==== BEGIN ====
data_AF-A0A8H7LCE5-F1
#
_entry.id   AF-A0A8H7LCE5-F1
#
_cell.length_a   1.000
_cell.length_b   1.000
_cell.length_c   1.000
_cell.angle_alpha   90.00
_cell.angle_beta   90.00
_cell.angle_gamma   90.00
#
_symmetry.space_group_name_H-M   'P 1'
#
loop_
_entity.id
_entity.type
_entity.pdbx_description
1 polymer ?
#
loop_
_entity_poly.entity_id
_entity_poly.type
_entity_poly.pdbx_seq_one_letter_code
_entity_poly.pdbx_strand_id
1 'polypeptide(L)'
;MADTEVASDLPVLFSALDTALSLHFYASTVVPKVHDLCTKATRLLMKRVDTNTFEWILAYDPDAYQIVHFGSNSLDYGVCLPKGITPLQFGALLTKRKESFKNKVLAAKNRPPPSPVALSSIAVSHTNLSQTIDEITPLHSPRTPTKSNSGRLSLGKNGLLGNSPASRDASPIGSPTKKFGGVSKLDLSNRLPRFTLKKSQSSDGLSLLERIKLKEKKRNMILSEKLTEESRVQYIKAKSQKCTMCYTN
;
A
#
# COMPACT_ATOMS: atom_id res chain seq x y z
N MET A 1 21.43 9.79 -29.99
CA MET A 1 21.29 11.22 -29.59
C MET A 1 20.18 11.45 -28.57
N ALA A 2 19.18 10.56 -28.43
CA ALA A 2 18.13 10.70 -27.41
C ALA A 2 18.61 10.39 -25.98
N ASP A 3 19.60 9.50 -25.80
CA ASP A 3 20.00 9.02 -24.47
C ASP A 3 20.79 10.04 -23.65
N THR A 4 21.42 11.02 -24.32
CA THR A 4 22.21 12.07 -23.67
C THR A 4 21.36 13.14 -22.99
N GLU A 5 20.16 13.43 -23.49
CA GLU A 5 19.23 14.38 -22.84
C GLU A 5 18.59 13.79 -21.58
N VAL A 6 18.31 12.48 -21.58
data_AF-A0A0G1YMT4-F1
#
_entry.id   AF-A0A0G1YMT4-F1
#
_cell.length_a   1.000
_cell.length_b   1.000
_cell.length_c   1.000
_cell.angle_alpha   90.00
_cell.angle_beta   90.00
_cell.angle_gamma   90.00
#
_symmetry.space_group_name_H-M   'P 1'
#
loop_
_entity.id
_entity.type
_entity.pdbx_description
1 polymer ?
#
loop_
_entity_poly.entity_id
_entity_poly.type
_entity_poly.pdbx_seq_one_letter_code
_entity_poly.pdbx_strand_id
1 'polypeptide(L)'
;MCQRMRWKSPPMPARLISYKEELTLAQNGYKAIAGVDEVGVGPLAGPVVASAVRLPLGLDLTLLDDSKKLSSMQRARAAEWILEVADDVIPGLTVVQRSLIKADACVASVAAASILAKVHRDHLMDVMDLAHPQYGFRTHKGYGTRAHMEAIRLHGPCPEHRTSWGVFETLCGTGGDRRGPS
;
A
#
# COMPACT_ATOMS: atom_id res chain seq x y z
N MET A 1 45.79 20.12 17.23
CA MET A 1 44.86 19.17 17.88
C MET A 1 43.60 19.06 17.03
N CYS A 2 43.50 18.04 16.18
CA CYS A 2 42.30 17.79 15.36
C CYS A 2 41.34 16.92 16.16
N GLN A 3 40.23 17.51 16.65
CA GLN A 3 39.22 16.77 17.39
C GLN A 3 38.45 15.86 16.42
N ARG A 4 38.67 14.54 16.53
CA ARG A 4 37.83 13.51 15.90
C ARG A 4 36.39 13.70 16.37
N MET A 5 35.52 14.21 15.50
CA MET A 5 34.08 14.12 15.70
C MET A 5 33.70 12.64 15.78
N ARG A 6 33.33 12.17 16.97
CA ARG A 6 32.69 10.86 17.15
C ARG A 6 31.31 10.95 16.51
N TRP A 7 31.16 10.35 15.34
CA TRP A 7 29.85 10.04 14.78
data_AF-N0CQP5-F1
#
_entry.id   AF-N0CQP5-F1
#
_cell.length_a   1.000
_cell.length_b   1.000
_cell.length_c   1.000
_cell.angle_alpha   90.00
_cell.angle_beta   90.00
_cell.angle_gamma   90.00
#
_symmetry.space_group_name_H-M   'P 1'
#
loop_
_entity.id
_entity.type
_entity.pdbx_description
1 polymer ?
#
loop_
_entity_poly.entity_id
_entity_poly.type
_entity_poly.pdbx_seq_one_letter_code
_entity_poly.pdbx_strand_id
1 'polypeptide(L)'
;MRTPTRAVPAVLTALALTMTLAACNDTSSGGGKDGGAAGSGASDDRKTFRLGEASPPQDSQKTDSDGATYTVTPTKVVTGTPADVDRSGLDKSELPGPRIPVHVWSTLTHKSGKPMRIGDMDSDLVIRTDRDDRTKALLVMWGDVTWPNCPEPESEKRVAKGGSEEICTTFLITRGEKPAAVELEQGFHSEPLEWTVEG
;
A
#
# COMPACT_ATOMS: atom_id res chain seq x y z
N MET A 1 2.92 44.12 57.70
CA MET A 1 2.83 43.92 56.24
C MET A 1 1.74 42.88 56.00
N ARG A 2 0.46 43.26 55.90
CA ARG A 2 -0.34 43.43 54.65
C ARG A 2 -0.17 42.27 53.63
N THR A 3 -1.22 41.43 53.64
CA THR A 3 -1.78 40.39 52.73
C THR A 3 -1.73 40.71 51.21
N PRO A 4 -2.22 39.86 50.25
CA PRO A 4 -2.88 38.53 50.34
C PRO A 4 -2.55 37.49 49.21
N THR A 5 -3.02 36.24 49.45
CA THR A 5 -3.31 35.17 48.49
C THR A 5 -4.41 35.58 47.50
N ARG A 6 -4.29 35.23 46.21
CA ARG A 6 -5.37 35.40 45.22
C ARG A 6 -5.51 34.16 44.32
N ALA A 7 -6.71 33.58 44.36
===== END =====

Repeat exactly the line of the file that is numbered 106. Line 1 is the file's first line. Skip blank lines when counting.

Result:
_cell.angle_gamma   90.00